Top health officials in Philadelphia are now advocating that the city become the first in the United States to open a supervised injection site, a safe-haven facility where people who inject heroin and other opioids can use drugs under medical supervision, WHYY reports.

The controversial proposal aims to address Philadelphia’s opioid crisis and cut back on known injection drug-related risks like overdoses and hepatitis C virus (HCV) and HIV infections. At the injection site, drug users would have access to clean needles and other injection equipment, while medical professionals stand by with the overdose-reversing drug naloxone (commonly known under its brand name, Narcan) to ensure their safety. Advocates also say social service workers at the facility could be on hand to help those addicted to opioids access detox or drug treatment services.

Philadelphia’s plan is being discussed with the press on condition of anonymity, since officials have not been authorized to publicly talk about it. But according to behind-the-scenes sources, a new nonprofit would be set up to host the site, while private donors would finance it. One possible financial backer, say local advocates, is local philanthropist Max Tuttleman, who shown interest in investing in strategies to combat the nation’s opioid epidemic and recently described safe-injection sites an “innovative approach” in preventing overdose deaths.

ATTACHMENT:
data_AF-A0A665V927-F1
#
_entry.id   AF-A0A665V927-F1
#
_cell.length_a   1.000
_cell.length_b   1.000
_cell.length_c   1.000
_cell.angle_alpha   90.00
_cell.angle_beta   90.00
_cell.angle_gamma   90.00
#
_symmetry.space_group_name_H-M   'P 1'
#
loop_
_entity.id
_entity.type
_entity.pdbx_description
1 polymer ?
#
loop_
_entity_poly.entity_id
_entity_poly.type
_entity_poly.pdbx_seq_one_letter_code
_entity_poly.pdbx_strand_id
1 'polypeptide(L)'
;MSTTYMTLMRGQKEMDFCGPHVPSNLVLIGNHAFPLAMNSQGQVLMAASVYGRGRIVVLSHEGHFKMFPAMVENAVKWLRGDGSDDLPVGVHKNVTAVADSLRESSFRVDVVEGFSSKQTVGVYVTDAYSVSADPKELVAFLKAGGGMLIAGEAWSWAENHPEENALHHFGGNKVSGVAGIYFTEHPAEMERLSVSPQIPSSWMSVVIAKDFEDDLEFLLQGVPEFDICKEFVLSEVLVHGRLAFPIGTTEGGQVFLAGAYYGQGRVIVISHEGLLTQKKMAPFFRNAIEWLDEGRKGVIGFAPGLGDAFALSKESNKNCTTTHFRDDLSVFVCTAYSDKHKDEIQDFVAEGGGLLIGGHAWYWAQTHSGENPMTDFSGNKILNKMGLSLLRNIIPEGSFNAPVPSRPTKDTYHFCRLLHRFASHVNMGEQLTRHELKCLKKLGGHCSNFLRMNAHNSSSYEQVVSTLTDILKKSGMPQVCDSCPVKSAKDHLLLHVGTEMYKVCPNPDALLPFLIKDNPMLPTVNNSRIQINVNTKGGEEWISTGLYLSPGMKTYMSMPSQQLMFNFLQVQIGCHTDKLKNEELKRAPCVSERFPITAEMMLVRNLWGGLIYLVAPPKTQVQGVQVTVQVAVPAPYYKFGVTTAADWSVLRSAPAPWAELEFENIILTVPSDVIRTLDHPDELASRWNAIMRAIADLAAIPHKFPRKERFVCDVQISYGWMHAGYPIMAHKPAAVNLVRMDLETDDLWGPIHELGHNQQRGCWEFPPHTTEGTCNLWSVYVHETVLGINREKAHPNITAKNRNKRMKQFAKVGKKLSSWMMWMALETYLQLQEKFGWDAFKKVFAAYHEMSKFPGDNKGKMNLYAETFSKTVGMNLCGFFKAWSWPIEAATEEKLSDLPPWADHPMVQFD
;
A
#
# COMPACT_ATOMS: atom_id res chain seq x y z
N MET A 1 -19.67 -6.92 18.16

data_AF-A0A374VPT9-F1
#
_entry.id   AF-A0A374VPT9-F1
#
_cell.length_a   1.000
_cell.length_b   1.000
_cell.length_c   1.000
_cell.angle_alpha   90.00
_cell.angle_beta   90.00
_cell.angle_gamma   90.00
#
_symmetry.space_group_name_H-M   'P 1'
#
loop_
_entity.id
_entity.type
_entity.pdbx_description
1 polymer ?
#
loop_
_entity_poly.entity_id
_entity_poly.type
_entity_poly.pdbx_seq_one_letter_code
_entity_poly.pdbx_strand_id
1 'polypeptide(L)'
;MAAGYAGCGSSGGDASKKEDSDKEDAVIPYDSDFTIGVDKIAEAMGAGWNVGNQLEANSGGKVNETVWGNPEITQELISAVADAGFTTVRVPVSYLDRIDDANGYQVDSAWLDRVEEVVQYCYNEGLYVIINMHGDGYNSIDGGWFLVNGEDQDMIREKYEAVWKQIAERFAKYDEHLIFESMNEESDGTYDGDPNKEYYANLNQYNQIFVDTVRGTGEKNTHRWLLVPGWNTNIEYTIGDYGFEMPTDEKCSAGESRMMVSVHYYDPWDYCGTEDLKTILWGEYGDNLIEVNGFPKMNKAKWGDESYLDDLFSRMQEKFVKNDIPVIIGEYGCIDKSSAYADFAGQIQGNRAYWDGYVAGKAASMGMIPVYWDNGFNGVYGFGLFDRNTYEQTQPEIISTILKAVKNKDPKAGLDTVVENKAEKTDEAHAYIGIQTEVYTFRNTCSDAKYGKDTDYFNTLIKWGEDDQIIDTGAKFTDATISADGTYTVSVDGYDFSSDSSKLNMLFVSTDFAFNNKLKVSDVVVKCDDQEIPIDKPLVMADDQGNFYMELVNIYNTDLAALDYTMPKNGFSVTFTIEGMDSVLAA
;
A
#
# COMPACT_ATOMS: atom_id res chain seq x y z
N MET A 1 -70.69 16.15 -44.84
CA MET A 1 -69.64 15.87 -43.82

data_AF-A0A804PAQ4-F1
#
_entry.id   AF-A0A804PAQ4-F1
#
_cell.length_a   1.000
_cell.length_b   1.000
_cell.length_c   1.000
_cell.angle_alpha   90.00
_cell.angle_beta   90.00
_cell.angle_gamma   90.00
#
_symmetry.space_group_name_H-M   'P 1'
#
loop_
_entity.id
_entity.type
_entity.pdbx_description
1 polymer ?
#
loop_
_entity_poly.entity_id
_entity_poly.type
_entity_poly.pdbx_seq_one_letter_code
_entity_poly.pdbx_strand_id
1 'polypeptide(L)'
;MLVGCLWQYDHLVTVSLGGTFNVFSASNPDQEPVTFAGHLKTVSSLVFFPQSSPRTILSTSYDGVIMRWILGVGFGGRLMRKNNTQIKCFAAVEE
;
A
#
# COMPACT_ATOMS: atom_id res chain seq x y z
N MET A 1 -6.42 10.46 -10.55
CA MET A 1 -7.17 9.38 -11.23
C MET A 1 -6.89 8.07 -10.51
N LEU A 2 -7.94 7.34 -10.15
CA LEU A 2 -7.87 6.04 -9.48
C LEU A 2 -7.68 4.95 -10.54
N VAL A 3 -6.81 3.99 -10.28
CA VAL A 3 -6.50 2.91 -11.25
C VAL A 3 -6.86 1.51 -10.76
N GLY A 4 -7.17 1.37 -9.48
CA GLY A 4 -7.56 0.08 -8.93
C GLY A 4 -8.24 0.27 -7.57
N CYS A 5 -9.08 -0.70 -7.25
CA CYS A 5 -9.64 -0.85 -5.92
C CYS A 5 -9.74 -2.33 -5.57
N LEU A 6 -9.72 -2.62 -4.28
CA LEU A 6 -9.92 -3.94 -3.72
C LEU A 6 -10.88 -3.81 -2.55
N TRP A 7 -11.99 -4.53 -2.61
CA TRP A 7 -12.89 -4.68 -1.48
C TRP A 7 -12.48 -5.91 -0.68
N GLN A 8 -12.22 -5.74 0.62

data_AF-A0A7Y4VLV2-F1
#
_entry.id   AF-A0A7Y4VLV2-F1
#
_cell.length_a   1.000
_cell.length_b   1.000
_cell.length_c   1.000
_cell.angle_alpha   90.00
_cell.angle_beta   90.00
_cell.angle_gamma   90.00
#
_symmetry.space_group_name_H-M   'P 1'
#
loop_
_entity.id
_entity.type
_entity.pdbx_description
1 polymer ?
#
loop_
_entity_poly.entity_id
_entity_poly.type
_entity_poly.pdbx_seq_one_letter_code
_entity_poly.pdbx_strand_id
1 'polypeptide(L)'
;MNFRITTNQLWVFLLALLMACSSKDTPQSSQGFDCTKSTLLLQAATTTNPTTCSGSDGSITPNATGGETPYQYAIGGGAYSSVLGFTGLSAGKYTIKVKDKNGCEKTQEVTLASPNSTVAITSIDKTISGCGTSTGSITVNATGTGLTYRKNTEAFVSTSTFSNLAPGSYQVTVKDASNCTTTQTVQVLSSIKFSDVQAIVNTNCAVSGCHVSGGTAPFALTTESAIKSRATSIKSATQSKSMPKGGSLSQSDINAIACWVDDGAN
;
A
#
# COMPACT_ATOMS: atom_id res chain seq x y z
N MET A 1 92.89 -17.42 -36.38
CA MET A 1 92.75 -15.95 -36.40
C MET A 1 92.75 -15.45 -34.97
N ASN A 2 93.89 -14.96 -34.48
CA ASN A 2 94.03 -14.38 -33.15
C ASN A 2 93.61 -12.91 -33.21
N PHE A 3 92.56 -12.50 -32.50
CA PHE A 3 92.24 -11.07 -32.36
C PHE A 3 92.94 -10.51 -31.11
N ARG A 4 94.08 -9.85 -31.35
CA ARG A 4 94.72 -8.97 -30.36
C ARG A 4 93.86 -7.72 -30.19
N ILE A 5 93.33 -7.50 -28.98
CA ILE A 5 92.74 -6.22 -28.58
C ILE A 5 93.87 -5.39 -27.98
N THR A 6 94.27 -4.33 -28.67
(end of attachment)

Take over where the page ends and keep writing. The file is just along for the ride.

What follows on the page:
The city joins similar pushes from advocacy groups and public health workers in cities like Seattle, San Francisco and Ithaca, New York, that are also hoping to break the national barrier on these types of facilities. Currently, there are more than 100 safe injection facilities around the world, but none operate in the United States. 

However, the plan is facing a lot of resistance. According to several insiders, top city police officials are fighting against the plan as is Councilwoman Maria Quiñones-Sánchez, whose district includes Kensington, a neighborhood considered to be the heart of the city’s opioid epidemic. 

Meanwhile, Philadelphia health officials report that opioid-related overdose deaths claimed 900 lives across the city in 2016 and are expecting the 2017 total to be around 1,200 people—quadruple the number of people who were murdered in the Pennsylvania city last year. The proliferation of the dangerous synthetic opioid fentanyl into the local drug supply is thought to be responsible for many of those deaths.